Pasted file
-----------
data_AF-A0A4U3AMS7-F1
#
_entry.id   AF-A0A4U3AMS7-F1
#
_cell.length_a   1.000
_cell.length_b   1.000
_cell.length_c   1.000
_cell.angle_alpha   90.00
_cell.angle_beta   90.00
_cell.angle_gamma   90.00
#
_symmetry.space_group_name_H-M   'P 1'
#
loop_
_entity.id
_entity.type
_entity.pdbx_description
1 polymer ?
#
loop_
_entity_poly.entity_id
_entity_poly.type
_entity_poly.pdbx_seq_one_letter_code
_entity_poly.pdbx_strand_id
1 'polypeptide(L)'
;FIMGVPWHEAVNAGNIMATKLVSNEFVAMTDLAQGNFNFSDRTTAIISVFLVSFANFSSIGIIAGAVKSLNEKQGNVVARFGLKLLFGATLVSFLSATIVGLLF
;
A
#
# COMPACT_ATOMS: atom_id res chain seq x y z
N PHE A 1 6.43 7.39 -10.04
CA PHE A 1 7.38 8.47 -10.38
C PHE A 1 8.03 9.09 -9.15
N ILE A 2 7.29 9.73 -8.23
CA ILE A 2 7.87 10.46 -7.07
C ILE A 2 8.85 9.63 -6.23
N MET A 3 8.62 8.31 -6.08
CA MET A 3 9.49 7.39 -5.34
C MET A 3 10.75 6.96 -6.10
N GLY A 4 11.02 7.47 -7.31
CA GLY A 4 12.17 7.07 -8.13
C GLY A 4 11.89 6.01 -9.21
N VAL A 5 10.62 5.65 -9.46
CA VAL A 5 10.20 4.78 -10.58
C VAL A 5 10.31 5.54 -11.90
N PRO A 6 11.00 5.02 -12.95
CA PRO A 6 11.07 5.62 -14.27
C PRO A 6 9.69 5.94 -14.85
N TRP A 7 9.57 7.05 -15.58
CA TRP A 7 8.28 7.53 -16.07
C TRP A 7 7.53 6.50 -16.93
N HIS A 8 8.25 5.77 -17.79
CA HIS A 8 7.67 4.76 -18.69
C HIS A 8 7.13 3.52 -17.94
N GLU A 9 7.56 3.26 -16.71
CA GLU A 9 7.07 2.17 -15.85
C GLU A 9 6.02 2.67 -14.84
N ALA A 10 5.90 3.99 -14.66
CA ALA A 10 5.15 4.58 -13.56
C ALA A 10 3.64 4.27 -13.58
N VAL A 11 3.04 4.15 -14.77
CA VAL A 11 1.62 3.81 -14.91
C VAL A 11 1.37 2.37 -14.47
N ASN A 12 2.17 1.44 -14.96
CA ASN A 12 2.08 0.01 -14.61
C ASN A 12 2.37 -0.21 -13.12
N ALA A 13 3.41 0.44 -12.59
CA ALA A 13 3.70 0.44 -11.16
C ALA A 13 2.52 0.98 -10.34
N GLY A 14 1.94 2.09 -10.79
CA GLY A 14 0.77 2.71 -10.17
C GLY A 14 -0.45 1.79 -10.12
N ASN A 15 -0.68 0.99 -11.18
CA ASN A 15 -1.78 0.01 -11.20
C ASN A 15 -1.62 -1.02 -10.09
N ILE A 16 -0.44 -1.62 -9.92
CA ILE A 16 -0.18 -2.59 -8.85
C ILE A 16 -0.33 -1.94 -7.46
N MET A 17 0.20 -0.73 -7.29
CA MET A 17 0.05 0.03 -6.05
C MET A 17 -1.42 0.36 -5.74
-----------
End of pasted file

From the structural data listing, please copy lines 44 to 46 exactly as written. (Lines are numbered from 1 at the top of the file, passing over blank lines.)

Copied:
CA VAL A 5 10.20 4.78 -10.58
C VAL A 5 10.31 5.54 -11.90
N PRO A 6 11.00 5.02 -12.95